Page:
SUN ET AL.: ON-ROAD VEHICLE DETECTION: A REVIEW
5.1.7 Vehicle Lights
Most of the cues discussed above are not helpful for nighttime vehicle detection—it would be difficult or impossible to detect shadows, horizontal/vertical edges, or corners in images obtained at night conditions. A salient visual feature during night time is the vehicle lights. Cucchiara and Piccardi  have used morphological analysis to detect vehicle light pairs in a narrow inspection area. The morphological operator also considered the shape, size, and minimal distance between vehicles to provide hypotheses.
There are two types of methods that use the stereo information for vehicle detection. One uses disparity map, while the other uses an antiperspective transformation— Inverse Perspective Mapping (IPM). We assume that camera parameters have already been computed through calibration.
5.2.1 Disparity Map
The difference in the left and right images between corre- sponding pixels is called disparity. The disparities of all the image points form the disparity-map. If the parameters of the stereo rig are known, the disparity map can be converted into a 3D map of the viewed scene. Computing the disparity map is very time consuming due to the requirement of solving the correspondence problem for every pixel; however, it is possible to do it in real-time using a Pentium class processor or embedded hardware . Once the disparity map is available, all the pixels within a depth of interest according to a disparity interval are determined and accumulated in a disparity histogram. If an obstacle is present within the depth of interest, then a peak will occur at the corresponding histogram bin (i.e., similar idea to the Hough transform).
In , it was argued that, to solve the correspondence problem, area-based approaches were too computationally expensive, and disparity maps from feature-based methods were not dense enough. A local feature extractor (i.e., “structure classification”) was proposed to solve the corre- spondence problem faster. According to this approach, each pixel was classified into various categories (e.g., vertical edge pixels, horizontal edge pixels, corner edge pixels, etc.) based on the intensity differences between the pixel and its four direct neighbors. To simplify finding pixel correspondences, the optical axes of the stereo-rig were aligned in parallel (i.e., corresponding points were on the same row in each image). Accordingly, their search for corresponding pixels was reduced to a simple test (i.e., whether two pixels belong to the same category or not). Obviously, there are cases where this approach does not yield unique correspondences. To address this problem,they furtherclassified the pixels bytheir associated disparities into several bins by constructing a disparity histogram. The number of significant peaks in the histogram indicated how many possible objects were present in the images.
5.2.2 Inverse Perspective Mapping
The term “Inverse Perspective Mapping” does not corre- spond to an actual inversion of perspective mapping , which is mathematically impossible. Rather, it denotes an inversion under the additional constraint that inversely mapped points lie on the horizontal plane. If we consider a point p in the 3D space, perspective mapping implies a line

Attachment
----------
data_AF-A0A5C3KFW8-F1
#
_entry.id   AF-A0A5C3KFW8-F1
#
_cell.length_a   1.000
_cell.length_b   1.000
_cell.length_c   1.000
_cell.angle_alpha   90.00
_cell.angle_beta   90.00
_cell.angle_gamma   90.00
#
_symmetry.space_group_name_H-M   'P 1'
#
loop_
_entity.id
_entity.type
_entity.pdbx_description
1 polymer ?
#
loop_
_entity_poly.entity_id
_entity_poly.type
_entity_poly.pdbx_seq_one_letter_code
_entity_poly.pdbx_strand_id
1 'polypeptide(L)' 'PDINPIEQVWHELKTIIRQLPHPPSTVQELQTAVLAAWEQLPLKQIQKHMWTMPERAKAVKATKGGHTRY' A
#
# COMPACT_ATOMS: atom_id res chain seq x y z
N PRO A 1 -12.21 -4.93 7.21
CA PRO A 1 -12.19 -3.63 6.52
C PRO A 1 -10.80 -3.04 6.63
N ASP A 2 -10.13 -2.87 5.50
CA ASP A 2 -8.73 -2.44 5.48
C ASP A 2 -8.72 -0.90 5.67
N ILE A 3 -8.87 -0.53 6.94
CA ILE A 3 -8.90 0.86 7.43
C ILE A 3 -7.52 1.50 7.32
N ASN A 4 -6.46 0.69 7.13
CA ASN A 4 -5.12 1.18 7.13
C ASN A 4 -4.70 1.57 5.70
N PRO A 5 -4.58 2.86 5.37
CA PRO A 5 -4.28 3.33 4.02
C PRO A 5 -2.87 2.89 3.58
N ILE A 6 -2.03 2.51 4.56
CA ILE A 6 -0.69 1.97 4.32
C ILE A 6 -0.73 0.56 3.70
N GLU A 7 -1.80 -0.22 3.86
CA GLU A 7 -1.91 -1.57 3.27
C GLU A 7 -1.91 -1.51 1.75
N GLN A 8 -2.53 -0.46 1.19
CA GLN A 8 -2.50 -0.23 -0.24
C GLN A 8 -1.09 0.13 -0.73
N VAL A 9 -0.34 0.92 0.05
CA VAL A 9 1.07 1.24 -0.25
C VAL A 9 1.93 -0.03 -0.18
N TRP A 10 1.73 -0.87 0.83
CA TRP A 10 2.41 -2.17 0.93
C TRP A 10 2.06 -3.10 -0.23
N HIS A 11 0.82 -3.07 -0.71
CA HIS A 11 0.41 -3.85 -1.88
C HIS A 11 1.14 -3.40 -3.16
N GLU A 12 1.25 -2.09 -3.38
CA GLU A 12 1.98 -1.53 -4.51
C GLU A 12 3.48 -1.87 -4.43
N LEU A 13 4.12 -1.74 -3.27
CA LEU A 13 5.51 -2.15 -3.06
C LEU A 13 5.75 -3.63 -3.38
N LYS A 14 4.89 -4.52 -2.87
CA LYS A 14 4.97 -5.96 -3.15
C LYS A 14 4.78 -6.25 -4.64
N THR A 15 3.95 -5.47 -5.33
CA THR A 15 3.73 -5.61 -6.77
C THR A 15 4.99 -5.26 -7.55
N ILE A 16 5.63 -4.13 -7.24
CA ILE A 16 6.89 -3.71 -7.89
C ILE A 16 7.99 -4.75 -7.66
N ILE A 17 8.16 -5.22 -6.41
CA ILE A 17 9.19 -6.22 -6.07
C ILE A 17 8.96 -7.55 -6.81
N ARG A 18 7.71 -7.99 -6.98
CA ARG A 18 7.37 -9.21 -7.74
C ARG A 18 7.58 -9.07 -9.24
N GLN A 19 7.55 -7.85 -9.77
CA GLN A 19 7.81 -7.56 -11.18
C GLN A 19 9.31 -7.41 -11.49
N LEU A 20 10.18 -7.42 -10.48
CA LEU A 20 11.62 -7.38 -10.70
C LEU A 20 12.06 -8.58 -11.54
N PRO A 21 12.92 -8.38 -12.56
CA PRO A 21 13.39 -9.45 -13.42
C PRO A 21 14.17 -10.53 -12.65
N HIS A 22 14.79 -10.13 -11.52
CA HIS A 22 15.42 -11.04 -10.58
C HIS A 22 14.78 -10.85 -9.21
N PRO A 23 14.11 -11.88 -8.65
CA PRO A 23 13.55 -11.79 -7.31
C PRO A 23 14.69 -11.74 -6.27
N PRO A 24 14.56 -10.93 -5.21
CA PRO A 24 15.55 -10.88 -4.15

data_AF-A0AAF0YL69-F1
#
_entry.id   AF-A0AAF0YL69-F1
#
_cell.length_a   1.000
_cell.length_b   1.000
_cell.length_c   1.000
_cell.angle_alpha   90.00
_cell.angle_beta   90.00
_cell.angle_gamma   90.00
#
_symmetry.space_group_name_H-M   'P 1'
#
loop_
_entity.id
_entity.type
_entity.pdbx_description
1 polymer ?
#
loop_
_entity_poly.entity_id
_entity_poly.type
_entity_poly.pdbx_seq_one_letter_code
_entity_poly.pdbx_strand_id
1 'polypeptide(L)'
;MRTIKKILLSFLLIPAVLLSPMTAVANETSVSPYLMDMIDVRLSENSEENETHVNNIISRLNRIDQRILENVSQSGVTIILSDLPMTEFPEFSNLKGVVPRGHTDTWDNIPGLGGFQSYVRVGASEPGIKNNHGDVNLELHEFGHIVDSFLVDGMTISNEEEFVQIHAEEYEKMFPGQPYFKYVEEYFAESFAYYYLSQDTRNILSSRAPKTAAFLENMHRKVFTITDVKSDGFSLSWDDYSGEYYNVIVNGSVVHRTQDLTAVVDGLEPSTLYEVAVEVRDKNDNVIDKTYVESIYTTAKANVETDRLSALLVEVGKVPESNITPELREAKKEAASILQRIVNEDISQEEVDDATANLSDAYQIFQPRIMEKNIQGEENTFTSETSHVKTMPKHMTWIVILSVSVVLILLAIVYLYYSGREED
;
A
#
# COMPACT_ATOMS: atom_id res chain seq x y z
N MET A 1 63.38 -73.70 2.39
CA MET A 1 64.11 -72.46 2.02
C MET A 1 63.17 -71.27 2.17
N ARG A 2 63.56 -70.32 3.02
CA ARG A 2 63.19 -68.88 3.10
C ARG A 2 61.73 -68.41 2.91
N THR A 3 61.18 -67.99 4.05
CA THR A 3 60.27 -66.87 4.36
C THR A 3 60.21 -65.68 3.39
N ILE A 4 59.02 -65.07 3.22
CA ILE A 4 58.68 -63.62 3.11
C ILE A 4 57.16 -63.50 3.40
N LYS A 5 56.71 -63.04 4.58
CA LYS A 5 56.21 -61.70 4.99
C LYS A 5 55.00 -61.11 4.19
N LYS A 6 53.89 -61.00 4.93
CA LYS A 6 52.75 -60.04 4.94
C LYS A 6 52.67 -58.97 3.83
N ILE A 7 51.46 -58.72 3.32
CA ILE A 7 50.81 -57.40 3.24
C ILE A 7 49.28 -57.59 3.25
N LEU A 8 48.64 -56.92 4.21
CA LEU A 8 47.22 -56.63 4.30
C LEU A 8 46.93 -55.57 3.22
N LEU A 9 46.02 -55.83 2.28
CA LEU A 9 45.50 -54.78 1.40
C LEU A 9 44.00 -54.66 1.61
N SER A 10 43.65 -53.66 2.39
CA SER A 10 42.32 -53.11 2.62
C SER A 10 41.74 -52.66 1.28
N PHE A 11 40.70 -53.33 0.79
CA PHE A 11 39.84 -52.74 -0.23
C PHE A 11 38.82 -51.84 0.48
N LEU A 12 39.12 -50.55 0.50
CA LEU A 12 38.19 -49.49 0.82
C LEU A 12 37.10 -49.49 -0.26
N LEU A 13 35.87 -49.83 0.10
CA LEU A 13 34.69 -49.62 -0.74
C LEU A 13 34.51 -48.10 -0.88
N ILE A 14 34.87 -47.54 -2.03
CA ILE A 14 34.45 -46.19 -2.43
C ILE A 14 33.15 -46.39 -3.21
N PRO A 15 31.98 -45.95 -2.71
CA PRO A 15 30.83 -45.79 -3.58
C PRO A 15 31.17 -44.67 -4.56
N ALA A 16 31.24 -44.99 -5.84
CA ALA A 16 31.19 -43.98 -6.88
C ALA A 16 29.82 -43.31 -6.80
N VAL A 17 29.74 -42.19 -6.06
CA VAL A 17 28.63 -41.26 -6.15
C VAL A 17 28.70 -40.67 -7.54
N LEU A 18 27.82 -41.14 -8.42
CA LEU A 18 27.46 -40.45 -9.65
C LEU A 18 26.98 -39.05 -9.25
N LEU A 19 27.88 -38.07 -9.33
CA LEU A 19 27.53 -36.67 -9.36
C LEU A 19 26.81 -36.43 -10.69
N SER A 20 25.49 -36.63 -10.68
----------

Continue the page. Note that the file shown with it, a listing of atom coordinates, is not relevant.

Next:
Fig. 7. Geometry of perspective mapping.
passing through this point and the center of projection N, see Fig. 7. To find the image of the point, we intersect the line with the image plane. IPM is defined by the following procedure: For a point pI 0 in the image, we trace the associated ray through N towards the horizontal plane. The intersection of the ray with the horizontal plane is the result of the inverse perspective mapping applied to the image point pI 0. If we compose both perspective and inverse perspective, the horizontal plane is mapped onto itself, while elevated parts of the scene appear distorted.
Assuming a flat road, Zhao and Yuta  used stereo vision to predict the image seen from the right camera, given the left image, using IPM. Specifically, they used IPM to transform every point in the left image to world coordinates, and reprojected them back onto the right image, which were then compared against the actual right image. In this way, they were able to find contours of objects above the ground plane. Instead of warping the right image onto the left image, Bertozzi and Broggi ,  computed the IPM of both the right and left images. Then, they took the difference between the two remapped left and right images. Due to the flat-road assumption, anything elevating out from the road was detected by looking for large clusters of nonzero pixels in the difference image. In the ideal case, the difference image contains two triangles for each obstacle that correspond to the left and right boundaries of the obstacle (see Fig. 8e). This is because, except for those pixels on the left and right boundaries of the obstacle, all other pixels are the same in the left and right remapped images. Locating those triangles, however, was very difficult due to texture, irregular shape, and nonhomogeneous brightness of obstacles. To deal with these issues, they used a polar histogram to detect the triangles. Given a point on the road plane, the polar histogram was computed by scanning the difference image and counting the number of over threshold pixels for every straight line originating from that point. Knoeppel et al.  clustered the elevated 3D points based on their distance from the ground plane to generate hypotheses. Each hypothesis was tracked over time and further verified using Kalman filters. This system assumed that the dynamic behavior of the host vehicle was known, and the path information was stored in a dynamic map. The system was able to detect vehicles up to 150 m under normal daytime weather conditions.